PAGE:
Origin of the Dana Hop
Bred from Magnum and a wild Slovenian hop
Flavor & Aroma Profile of Dana
Floral, Lemon and Pine aroma characteristics
Brewing Values for Dana
These are the common ranges that we've seen with Dana hops over the years. Each year's crop can yield hops that have slightly different qualities, so these number ranges are based on history.
|Alpha Acids (AA)|
Alpha acids are the main source of bitterness in beer. Longer boil times will result in isomerization of more alpha acids leading to increased bitterness.
|Beta AcidsThe ratio of alpha to beta acids dictates the degree to which bitterness fades as beer ages. Higher levels of beta acids will result in a slower decline of bittering.||4-6%5% avg|
|Co-Humulone as % of AlphaLow cohumulone hops impart a smoother bitterness when added to the boil as opposed to higher ones that add a sharper bitterness to the final beer.||28-31%29.5% avg|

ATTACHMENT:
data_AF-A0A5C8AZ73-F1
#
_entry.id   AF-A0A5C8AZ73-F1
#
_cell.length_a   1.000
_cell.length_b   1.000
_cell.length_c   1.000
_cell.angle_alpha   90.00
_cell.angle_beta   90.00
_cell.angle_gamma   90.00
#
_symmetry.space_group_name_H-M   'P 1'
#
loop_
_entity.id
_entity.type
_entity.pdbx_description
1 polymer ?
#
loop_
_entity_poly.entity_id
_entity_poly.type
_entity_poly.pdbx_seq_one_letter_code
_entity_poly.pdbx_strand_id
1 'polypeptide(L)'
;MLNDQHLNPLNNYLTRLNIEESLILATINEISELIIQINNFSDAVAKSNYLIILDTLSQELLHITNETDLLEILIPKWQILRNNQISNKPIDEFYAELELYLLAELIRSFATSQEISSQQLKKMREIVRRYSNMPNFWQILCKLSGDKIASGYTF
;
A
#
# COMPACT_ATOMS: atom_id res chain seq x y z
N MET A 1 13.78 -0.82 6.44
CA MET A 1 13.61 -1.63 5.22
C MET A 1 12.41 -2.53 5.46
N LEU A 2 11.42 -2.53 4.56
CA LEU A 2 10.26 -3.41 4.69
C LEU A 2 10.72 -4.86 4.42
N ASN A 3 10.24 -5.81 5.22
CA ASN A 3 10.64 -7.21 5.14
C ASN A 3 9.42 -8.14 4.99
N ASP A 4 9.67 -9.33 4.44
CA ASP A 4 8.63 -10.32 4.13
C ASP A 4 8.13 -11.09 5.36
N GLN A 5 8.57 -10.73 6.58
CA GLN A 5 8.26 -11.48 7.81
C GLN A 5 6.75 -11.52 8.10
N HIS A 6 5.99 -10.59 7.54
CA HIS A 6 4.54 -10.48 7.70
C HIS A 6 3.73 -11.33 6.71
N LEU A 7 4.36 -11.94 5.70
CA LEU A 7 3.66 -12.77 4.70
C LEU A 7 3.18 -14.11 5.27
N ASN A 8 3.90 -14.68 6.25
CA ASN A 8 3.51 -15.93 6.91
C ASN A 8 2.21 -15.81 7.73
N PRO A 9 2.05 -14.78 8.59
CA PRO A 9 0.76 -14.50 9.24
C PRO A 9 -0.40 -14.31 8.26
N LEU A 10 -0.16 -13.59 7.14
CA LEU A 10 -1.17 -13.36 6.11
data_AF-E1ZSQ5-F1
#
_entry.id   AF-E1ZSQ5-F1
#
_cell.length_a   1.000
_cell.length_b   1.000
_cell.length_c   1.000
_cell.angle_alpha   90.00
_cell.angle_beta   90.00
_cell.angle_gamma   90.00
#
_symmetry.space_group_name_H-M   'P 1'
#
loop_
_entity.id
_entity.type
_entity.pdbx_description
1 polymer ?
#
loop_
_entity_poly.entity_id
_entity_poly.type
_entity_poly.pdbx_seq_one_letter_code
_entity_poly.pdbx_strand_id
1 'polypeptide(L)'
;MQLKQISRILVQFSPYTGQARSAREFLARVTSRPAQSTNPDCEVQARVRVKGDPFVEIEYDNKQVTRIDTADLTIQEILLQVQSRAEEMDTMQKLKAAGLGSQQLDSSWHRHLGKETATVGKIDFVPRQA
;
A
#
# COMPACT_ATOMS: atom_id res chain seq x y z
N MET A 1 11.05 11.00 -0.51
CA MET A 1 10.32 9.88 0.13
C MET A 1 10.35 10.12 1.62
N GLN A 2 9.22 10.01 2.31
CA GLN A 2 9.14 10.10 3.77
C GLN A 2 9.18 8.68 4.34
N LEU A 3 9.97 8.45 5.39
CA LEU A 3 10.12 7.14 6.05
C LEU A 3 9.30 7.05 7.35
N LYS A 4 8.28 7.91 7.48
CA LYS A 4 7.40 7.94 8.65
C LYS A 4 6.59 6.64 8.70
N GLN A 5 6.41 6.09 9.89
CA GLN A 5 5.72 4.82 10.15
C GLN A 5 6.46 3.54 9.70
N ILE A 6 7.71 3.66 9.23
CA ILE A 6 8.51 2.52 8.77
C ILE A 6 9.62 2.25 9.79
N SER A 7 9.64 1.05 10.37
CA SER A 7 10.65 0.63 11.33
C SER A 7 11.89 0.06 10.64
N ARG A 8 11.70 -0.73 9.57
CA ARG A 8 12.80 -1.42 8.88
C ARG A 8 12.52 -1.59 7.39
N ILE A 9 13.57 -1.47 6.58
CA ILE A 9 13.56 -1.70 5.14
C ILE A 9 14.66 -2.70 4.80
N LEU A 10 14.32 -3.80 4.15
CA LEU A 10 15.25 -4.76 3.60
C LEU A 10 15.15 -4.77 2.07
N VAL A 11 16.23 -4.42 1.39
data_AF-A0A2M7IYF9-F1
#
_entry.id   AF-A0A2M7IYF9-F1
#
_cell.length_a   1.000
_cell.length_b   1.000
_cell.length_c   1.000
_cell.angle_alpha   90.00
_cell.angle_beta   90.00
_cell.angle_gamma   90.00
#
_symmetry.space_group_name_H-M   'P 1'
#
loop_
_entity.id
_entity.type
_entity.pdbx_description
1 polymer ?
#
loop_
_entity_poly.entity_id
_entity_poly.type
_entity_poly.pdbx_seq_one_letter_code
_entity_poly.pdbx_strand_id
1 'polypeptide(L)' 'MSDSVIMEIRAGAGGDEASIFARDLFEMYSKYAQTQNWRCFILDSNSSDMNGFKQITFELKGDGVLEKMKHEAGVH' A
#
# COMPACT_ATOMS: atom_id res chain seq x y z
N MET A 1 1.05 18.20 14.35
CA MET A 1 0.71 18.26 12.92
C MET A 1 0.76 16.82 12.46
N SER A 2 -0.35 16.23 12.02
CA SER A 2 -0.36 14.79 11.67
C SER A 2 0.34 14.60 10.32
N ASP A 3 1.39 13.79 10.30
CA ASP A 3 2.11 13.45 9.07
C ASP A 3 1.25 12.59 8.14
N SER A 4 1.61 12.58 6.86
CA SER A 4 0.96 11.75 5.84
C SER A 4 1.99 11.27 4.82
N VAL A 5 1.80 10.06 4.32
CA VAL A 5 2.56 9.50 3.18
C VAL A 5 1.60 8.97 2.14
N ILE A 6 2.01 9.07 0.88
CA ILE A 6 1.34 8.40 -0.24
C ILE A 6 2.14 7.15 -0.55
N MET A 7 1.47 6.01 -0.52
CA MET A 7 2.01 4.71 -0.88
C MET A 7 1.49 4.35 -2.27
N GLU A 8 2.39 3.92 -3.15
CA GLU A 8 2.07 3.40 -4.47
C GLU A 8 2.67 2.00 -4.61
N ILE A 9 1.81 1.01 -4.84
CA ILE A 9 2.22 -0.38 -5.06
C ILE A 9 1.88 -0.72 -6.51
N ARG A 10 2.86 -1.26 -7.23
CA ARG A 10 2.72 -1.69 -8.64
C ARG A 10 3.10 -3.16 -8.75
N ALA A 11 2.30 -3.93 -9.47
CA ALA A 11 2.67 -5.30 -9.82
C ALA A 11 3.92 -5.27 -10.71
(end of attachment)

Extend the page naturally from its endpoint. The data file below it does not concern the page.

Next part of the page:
|Total Oils (mL/100g)These highly volatile, not very soluble oils are easily boiled off, but add flavor and aroma to the finished beer when added very late in the boil or during fermentation. Learn more »||2.4-3.9 mL3.2mL avg|
Dana Hop Substitutions
If any version of the Dana hop is hard to find or if you are simply out of it on brew day, you can try to use one of these other hops as a substitution for a similar outcome:
Is Dana Available in Cryo/Lupulin Powder Form?
Unfortunately, there is no lupulin powder version of the Dana hop. Neither Yakima Chief Hops (Cryo/LupuLN2) nor Haas (Lupomax) have created versions of this hop in lupulin powder form yet. This new type of hop product is pure concentrated lupulin powder, which leads to more flavor when used in the whirlpool or dry hop additions.
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